Powermetrics reports battery discharge rates, current and maximum charge
     levels, cycle counts and degradation from design capacity across the
     interval in question, if a delta was reported by the battery management
     unit. Note that the battery controller data may arrive out-of-phase with
     respect to powermetrics samples, which can cause aliasing issues across
     short sample intervals. Discharge rates across discontinuities such as
     sleep/wake may also be inaccurate on some systems; however, the rate of
     change of the total charge level across longer intervals is a useful
     indicator of total system load. Powermetrics does not filter discharge
     rates for A/C connect/disconnect events, system sleep residency etc. Bat-
     tery discharge rates are typically not comparable across machine models.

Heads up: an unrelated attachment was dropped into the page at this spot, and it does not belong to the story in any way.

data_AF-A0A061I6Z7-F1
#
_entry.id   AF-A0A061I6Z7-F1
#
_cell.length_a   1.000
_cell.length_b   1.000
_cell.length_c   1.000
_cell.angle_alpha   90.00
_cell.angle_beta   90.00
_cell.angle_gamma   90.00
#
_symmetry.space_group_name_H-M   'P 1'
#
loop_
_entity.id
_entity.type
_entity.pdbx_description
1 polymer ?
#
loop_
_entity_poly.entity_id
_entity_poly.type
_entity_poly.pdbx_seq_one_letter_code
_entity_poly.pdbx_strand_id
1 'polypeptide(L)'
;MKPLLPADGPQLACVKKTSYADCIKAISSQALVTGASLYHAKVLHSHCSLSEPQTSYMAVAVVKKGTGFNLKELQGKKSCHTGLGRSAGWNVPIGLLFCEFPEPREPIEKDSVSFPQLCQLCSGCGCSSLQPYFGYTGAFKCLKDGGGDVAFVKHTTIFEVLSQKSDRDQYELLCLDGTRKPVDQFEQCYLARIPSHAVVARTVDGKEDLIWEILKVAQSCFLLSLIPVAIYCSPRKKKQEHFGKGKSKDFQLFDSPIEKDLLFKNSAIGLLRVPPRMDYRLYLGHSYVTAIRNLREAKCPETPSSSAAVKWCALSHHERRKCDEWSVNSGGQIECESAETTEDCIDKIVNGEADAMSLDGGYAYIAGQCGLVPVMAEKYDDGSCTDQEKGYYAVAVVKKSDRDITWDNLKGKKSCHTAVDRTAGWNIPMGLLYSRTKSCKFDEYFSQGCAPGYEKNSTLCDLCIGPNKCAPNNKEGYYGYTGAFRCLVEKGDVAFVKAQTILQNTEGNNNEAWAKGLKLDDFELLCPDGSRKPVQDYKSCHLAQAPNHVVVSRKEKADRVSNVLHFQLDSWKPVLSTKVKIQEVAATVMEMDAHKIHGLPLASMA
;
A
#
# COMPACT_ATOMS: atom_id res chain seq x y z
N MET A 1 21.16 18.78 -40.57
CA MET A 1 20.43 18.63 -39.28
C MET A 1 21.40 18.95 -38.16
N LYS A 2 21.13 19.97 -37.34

Processor Energy Usage

     Powermetrics next reports data derived from the Intel energy models; as
     of the Sandy Bridge intel microarchitecture, the Intel power control unit
     internally maintains an energy consumption model whose details are pro-
     prietary, but are likely based on duty cycles for individual execution
     units, current voltage/frequency etc. These numbers are not strictly
     accurate but are correlated with actual energy consumption. This section
     lists: power dissipated by the processor package which includes the CPU
     cores, the integrated GPU and the system agent (integrated memory con-
     troller, last level cache), and separately, CPU core power and GT (inte-
     grated GPU) power (the latter two in a forthcoming version). The energy